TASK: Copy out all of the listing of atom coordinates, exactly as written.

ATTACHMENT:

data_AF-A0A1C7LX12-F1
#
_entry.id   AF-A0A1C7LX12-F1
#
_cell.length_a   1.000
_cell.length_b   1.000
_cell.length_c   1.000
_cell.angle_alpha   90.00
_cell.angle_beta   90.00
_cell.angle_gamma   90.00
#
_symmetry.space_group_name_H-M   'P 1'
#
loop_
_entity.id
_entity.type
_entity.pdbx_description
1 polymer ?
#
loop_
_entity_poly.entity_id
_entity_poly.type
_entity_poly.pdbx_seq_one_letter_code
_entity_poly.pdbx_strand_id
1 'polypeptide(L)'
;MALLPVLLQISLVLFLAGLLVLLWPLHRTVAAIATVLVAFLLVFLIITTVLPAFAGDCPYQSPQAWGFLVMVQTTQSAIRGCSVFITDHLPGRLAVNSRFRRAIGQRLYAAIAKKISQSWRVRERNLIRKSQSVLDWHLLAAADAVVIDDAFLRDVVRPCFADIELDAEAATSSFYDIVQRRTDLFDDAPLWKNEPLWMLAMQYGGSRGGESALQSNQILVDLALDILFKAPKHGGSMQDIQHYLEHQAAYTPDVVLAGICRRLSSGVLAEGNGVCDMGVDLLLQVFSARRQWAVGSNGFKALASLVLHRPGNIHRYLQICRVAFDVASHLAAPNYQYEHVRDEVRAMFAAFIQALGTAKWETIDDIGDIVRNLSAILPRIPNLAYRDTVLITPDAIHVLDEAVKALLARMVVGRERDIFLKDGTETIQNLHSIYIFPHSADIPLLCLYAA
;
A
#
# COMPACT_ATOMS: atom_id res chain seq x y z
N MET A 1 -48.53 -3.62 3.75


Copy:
data_AF-A0A1C7LX12-F1
#
_entry.id   AF-A0A1C7LX12-F1
#
_cell.length_a   1.000
_cell.length_b   1.000
_cell.length_c   1.000
_cell.angle_alpha   90.00
_cell.angle_beta   90.00
_cell.angle_gamma   90.00
#
_symmetry.space_group_name_H-M   'P 1'
#
loop_
_entity.id
_entity.type
_entity.pdbx_description
1 polymer ?
#
loop_
_entity_poly.entity_id
_entity_poly.type
_entity_poly.pdbx_seq_one_letter_code
_entity_poly.pdbx_strand_id
1 'polypeptide(L)'
;MALLPVLLQISLVLFLAGLLVLLWPLHRTVAAIATVLVAFLLVFLIITTVLPAFAGDCPYQSPQAWGFLVMVQTTQSAIRGCSVFITDHLPGRLAVNSRFRRAIGQRLYAAIAKKISQSWRVRERNLIRKSQSVLDWHLLAAADAVVIDDAFLRDVVRPCFADIELDAEAATSSFYDIVQRRTDLFDDAPLWKNEPLWMLAMQYGGSRGGESALQSNQILVDLALDILFKAPKHGGSMQDIQHYLEHQAAYTPDVVLAGICRRLSSGVLAEGNGVCDMGVDLLLQVFSARRQWAVGSNGFKALASLVLHRPGNIHRYLQICRVAFDVASHLAAPNYQYEHVRDEVRAMFAAFIQALGTAKWETIDDIGDIVRNLSAILPRIPNLAYRDTVLITPDAIHVLDEAVKALLARMVVGRERDIFLKDGTETIQNLHSIYIFPHSADIPLLCLYAA
;
A
#
# COMPACT_ATOMS: atom_id res chain seq x y z
N MET A 1 -48.53 -3.62 3.75